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I don't think I put down any weight info for the 115. MTOW is 748kg. Aerobatic MTOW is 703kg. Empty weight is just under 500kg. So it is better if you and the pax are on the lighter side for aeros.


There's plenty of room though for bigger people though, it's quite comfy. The seat is fixed so you always have the same perspective - the rudder pedals are adjusted instead. There's a single spade type stick in the centre with a padded armrest between the seats.


I've never had any trouble with the canopy sliding forward! Mine seems to stay put quite well. You can fly with an open canopy below 70 knots (not that I've tried).


They have "flapperons" - i.e. the ailerons droop down to give extra flap, and there's also flap under the fuselage. So the angle of flap in degrees doesn't sound like much, but they are in effect full span.


The stall warning only works when the flaps are down.


There's only one fuel tank so fuel management is easy, but the weird little segmented dipstick takes a bit of getting used to!


Things to look out for ... there's a spar check which involves removing the wings (!), but it's possible to not do this if an inspection panel has been put in. Find out if the one you are looking at has had the panel put in. The fuel tank has a rubber bladder which will deteriorate over time and need to be replaced, so find out when this was last done. There's an AD on the "waggler box" I think it is called, under the stick. See if that's been done. There's also an AD on the magnetos I think, which need inspection periodically. The aircraft with Cleveland brakes are better than the originals.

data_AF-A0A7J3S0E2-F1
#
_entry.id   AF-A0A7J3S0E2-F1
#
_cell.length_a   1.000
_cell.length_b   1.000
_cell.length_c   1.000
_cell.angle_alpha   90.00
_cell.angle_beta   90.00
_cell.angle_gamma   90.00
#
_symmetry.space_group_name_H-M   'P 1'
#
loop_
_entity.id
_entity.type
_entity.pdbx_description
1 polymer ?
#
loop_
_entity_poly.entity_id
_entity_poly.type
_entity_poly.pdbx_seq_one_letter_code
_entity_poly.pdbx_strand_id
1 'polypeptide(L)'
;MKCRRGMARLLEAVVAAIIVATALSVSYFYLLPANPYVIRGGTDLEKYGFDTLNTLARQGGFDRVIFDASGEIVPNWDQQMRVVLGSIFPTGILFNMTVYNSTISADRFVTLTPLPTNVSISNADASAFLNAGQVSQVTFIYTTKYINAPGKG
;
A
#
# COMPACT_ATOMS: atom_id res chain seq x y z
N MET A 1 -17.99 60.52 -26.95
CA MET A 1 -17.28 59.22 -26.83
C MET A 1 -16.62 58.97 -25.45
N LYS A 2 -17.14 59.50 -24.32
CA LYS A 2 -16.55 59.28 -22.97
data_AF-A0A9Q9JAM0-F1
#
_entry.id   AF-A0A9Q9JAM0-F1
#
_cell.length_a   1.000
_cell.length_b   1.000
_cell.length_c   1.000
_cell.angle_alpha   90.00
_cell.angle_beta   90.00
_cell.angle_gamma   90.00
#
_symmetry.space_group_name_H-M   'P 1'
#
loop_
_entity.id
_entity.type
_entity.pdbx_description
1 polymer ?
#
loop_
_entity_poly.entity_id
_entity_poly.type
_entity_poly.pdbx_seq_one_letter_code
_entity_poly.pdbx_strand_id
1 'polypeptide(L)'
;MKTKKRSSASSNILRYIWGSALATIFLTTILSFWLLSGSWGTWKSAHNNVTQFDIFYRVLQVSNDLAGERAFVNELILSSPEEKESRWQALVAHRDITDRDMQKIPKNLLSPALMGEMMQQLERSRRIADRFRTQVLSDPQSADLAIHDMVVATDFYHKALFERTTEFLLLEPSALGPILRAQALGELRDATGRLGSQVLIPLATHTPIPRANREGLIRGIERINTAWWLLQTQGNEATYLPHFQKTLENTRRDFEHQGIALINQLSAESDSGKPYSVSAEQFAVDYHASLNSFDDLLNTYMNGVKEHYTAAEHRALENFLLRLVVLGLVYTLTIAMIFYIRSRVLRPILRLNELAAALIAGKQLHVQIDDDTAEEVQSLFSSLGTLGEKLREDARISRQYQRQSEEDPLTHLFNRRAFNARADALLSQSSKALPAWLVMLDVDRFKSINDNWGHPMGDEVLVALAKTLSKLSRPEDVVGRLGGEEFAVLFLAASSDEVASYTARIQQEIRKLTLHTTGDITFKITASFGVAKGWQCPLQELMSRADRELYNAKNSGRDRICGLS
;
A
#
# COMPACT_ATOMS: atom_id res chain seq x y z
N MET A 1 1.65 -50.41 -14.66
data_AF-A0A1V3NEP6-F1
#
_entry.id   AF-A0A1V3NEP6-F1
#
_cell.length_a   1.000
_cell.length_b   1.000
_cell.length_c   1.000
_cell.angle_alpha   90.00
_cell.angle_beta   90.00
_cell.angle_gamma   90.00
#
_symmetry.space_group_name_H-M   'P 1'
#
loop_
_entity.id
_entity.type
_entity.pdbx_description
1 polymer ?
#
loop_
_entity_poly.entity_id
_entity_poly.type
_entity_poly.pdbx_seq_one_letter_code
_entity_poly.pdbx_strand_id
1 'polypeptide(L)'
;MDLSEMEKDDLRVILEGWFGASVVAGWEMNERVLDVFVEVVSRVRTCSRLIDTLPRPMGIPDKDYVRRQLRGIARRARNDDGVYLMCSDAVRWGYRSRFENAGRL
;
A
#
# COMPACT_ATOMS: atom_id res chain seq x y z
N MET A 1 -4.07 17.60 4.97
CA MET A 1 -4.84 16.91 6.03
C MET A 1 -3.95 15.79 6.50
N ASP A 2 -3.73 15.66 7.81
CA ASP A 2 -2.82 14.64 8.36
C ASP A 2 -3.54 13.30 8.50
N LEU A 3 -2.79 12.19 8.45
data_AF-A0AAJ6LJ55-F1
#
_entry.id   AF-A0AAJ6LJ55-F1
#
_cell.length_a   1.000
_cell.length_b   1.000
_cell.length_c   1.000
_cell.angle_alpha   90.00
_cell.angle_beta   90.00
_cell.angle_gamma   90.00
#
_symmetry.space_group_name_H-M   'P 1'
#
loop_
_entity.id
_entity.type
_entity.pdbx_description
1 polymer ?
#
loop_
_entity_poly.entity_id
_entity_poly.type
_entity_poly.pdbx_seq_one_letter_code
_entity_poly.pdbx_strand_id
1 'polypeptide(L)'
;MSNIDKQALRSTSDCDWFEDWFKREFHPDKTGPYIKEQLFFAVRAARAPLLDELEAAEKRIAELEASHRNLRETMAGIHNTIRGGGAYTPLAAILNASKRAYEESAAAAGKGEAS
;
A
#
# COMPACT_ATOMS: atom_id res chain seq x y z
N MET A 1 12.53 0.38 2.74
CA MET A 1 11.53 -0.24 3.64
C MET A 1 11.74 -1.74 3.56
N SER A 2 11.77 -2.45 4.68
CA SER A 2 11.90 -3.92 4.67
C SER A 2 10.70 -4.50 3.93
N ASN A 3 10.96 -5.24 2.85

Alan Wood at Hoxton Park (Sydney) is the guru and type specific parts are available through him.



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For a GA. Plane,privately owned by enthusiasts, support is everything. The website listed in this thread is worth a visit. The initial effect is to be a bit overwhelmed with the list of "things" to be looked at & you think "why would I want to get involved with all that". Well it's part & parcel of keeping your aeroplane safe, because all those requirements result from the experience of operations over some 45 years. You could argue a good case for a properly maintained AD complianced aircraft being safer than when they were new. This is the sort of experience based result we need to apply to our types as well. N...